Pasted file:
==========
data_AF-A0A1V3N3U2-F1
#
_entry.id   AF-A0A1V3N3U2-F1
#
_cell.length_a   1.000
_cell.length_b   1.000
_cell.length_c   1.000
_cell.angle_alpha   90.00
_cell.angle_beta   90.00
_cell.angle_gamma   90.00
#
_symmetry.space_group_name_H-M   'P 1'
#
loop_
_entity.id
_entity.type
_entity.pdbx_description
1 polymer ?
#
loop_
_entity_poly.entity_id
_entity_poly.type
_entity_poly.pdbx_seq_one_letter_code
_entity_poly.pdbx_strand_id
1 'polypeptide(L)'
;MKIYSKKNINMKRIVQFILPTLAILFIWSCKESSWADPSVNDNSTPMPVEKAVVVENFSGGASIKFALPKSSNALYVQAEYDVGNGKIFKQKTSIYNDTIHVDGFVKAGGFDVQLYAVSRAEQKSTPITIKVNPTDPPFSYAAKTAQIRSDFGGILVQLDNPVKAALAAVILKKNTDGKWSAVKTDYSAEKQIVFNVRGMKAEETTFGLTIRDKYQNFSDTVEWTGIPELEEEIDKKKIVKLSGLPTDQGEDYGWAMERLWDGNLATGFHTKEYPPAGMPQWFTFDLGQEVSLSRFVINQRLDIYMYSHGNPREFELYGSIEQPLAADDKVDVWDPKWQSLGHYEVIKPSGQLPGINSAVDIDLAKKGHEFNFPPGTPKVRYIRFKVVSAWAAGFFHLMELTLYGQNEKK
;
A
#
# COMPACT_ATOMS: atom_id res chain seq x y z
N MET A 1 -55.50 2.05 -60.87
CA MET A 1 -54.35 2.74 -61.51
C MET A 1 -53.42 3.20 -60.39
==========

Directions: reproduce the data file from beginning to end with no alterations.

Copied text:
data_AF-A0A1V3N3U2-F1
#
_entry.id   AF-A0A1V3N3U2-F1
#
_cell.length_a   1.000
_cell.length_b   1.000
_cell.length_c   1.000
_cell.angle_alpha   90.00
_cell.angle_beta   90.00
_cell.angle_gamma   90.00
#
_symmetry.space_group_name_H-M   'P 1'
#
loop_
_entity.id
_entity.type
_entity.pdbx_description
1 polymer ?
#
loop_
_entity_poly.entity_id
_entity_poly.type
_entity_poly.pdbx_seq_one_letter_code
_entity_poly.pdbx_strand_id
1 'polypeptide(L)'
;MKIYSKKNINMKRIVQFILPTLAILFIWSCKESSWADPSVNDNSTPMPVEKAVVVENFSGGASIKFALPKSSNALYVQAEYDVGNGKIFKQKTSIYNDTIHVDGFVKAGGFDVQLYAVSRAEQKSTPITIKVNPTDPPFSYAAKTAQIRSDFGGILVQLDNPVKAALAAVILKKNTDGKWSAVKTDYSAEKQIVFNVRGMKAEETTFGLTIRDKYQNFSDTVEWTGIPELEEEIDKKKIVKLSGLPTDQGEDYGWAMERLWDGNLATGFHTKEYPPAGMPQWFTFDLGQEVSLSRFVINQRLDIYMYSHGNPREFELYGSIEQPLAADDKVDVWDPKWQSLGHYEVIKPSGQLPGINSAVDIDLAKKGHEFNFPPGTPKVRYIRFKVVSAWAAGFFHLMELTLYGQNEKK
;
A
#
# COMPACT_ATOMS: atom_id res chain seq x y z
N MET A 1 -55.50 2.05 -60.87
CA MET A 1 -54.35 2.74 -61.51
C MET A 1 -53.42 3.20 -60.39